Tuesday, September 26, 2006

Chinese Cancer Therapy

The CTV has this interesting story about Gendicine, the world's first commercially approved gene therapy that is available in China. Here is a snippet from the story:

A revolutionary anti-tumour drug in China is attracting terminally ill cancer patients from around the world, including Canada.

The world's first "gene therapy" drug, named Gendicine, was officially licensed by the Chinese government in late 2003 after clinical trials found it noticeably improved the survival rate of patients with head and neck cancer, which are common in China.

Injected directly into the tumour, Gendicine is designed to destroy cancerous genes. The key ingredient is the p53 gene, described as a tumour-suppressing gene and which is mixed with a common virus.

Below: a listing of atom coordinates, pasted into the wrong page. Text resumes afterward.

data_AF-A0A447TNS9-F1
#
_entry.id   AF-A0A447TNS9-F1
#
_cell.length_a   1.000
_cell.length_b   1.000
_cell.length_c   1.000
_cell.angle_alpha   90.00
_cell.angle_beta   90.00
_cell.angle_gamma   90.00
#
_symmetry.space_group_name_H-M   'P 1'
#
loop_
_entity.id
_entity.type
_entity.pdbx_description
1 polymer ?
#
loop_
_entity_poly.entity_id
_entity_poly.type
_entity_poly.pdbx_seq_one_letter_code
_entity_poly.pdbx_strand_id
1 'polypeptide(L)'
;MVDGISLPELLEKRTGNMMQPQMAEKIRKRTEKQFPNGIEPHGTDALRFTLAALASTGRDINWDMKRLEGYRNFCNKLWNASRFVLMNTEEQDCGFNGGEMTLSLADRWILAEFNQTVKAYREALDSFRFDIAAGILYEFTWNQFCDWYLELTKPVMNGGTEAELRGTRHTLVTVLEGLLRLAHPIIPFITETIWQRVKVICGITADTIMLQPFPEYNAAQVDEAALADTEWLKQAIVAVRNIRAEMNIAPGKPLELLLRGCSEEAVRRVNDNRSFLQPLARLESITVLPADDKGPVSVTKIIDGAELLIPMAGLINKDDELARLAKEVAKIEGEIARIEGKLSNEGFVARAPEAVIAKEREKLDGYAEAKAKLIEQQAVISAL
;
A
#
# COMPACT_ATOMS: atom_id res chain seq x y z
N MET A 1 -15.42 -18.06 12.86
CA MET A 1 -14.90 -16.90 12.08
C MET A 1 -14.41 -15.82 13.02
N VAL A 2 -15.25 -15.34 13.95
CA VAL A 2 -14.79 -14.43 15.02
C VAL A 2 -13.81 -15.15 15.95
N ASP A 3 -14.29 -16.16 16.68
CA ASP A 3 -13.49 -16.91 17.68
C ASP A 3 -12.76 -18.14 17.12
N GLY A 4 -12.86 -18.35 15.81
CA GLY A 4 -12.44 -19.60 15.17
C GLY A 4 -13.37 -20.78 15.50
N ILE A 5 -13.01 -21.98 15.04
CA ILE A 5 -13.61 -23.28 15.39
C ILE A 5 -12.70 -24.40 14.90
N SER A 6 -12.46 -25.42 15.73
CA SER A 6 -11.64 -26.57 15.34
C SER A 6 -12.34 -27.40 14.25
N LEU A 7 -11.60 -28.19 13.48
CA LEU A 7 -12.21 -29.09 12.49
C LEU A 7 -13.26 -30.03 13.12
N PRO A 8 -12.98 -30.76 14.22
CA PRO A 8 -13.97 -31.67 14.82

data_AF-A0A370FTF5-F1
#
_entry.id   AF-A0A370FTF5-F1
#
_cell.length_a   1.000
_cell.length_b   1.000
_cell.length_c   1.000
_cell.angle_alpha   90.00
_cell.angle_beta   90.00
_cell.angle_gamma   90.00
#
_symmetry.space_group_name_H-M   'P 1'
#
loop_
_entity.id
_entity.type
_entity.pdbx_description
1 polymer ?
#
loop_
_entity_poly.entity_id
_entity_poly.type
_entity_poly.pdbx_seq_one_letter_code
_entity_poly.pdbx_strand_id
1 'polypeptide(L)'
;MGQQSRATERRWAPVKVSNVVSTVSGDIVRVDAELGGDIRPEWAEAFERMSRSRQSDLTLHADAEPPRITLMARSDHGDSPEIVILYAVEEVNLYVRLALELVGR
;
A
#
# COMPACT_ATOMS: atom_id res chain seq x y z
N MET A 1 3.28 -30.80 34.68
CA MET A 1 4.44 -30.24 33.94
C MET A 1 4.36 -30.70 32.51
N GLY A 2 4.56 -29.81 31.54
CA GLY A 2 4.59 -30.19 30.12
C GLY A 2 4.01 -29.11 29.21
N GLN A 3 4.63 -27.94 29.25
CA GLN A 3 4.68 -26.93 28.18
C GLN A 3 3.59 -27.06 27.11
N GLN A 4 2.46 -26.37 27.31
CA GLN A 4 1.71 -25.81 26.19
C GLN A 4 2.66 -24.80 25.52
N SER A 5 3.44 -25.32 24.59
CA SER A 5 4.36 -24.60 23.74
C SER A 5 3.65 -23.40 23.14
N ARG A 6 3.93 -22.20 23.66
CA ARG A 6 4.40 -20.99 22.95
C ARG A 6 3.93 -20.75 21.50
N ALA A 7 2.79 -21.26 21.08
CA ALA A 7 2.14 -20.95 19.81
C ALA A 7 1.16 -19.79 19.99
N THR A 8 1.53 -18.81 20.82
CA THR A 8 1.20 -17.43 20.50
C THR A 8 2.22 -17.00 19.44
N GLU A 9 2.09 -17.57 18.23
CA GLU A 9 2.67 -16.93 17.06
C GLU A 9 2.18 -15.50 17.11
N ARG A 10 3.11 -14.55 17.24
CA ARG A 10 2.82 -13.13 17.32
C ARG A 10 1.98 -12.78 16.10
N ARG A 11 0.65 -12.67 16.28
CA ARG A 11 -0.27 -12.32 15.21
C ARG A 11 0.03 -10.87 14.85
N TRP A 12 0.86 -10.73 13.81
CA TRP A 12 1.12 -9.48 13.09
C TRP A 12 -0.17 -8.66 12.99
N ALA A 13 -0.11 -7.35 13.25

....Experts openly question the Chinese government's willingness to approve new cancer drugs that are still in their experimental stages in North America.

As one Wall Street Journal article on Endostar noted: "The hurdles to getting Endostar approved for general use in the U.S. are high. It has only been tested in China, and it's not clear whether those trials meet U.S. and European standards. The results of the trials have yet to be published in any Western peer-reviewed medical journals. The exact mechanism by which Endostar inhibits tumors from building a blood supply is unknown."

The Genesis of Gendicine has an interview with the chairman and founder of Shenzhen SiBiono GeneTech.

World-wide there are over 1000 gene therapy clinical trials. See the useful charts here.

Here are some of the numbers of gene therapy trials by country:

USA: 776; UK: 136; Germany: 73; Switzerland: 42; France: 19; Belgium: 19;

Australia: 17; Canada: 13; China: 4

797 of the gene therapy trials are for cancer diseases, 102 are for monogenic diseases, and 106 are for vascular diseases.